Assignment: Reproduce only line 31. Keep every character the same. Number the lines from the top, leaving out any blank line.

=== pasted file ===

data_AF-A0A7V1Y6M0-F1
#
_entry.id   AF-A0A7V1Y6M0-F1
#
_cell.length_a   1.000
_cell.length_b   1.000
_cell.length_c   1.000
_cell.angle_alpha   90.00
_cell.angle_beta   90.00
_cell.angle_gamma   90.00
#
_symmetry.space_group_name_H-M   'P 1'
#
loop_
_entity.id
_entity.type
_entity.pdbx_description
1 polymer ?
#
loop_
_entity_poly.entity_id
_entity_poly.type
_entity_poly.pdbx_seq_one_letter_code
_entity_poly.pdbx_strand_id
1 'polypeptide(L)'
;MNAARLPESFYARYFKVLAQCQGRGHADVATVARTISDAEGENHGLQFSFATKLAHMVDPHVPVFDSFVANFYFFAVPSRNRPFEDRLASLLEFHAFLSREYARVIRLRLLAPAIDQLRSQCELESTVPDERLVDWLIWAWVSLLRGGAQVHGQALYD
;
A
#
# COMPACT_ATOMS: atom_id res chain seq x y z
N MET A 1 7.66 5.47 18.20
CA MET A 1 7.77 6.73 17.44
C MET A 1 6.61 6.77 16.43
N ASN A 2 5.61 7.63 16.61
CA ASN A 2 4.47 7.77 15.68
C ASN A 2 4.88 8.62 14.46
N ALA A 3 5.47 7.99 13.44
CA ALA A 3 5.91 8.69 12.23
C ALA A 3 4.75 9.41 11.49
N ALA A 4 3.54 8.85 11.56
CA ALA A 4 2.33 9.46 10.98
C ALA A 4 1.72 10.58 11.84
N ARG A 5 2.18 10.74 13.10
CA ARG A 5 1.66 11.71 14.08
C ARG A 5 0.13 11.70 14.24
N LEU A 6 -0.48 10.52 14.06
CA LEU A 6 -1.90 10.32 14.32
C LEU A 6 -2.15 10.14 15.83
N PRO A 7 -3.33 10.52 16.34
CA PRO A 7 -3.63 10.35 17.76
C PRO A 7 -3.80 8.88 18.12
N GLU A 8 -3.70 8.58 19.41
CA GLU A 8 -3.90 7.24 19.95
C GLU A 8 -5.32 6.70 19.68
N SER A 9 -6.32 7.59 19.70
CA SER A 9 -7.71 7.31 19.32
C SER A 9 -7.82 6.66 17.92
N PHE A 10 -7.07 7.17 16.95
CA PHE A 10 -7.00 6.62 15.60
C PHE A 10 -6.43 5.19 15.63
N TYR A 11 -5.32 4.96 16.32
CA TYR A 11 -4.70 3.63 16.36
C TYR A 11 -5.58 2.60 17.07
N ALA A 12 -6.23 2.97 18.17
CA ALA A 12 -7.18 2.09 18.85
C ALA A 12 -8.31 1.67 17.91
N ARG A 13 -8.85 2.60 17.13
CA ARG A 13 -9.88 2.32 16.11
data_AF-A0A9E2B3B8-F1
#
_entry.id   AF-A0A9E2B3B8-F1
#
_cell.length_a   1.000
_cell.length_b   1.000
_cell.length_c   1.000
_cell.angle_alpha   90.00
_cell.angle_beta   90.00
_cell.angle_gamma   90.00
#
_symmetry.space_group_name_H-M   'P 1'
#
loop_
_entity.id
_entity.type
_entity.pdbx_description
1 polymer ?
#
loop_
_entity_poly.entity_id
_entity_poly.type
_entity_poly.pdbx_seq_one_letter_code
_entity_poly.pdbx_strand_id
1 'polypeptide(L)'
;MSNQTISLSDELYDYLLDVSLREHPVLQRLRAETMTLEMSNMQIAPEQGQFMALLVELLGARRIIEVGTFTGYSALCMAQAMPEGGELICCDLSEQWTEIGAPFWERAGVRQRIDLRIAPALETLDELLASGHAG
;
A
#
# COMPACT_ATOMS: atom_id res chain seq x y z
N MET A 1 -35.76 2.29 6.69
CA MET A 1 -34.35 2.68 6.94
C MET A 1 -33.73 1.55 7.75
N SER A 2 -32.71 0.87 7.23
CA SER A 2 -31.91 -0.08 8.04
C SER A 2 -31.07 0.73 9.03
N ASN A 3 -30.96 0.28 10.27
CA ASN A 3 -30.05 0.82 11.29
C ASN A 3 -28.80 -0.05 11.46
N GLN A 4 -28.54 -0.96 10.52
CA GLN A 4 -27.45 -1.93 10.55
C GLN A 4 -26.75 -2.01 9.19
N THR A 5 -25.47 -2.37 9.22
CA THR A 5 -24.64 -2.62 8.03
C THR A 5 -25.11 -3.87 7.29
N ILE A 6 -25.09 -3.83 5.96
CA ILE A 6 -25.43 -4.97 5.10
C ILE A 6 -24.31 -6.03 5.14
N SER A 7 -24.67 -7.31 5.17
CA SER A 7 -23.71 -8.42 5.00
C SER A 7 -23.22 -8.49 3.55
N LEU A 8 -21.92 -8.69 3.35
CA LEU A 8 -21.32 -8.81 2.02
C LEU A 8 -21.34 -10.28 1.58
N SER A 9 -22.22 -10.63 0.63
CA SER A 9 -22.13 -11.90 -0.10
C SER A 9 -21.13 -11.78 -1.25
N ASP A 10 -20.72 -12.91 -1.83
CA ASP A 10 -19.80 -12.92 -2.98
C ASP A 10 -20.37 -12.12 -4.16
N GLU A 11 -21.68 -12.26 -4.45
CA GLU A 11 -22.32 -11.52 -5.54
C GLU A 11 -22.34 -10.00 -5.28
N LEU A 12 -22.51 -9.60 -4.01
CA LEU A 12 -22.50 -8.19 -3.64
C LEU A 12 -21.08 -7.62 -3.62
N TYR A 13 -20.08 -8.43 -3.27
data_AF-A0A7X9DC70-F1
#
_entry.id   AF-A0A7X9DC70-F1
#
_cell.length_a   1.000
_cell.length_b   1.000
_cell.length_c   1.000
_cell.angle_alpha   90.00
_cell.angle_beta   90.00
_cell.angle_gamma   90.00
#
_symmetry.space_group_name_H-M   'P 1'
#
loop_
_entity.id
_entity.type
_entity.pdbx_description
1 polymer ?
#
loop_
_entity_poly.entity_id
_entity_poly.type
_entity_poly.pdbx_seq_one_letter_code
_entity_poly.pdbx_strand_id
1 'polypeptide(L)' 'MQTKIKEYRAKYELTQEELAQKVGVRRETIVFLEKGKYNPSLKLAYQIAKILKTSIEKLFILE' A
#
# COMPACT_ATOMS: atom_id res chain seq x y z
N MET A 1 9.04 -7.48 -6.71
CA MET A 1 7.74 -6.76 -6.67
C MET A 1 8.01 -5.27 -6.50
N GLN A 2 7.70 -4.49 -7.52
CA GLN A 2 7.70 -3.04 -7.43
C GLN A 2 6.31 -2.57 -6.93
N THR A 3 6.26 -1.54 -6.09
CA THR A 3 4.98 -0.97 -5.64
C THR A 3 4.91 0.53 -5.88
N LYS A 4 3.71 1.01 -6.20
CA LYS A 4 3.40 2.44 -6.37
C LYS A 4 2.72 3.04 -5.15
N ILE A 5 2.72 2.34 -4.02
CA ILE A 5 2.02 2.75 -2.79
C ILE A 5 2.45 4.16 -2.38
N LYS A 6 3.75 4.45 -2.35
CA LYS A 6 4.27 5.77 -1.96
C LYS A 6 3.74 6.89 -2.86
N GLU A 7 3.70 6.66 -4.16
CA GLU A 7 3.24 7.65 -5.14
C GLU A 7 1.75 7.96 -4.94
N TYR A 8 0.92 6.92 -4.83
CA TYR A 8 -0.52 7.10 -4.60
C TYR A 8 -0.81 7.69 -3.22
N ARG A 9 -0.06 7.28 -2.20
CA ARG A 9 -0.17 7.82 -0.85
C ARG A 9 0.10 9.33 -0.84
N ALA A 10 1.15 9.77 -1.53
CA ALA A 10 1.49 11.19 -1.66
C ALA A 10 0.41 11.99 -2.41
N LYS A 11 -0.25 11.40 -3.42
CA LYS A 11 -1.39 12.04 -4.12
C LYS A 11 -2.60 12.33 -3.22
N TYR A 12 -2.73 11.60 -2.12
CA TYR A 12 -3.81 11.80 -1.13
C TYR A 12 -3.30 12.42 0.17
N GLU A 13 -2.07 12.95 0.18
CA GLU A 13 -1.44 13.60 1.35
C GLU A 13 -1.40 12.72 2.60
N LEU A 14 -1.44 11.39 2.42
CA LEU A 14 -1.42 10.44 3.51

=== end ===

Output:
N MET A 1 7.66 5.47 18.20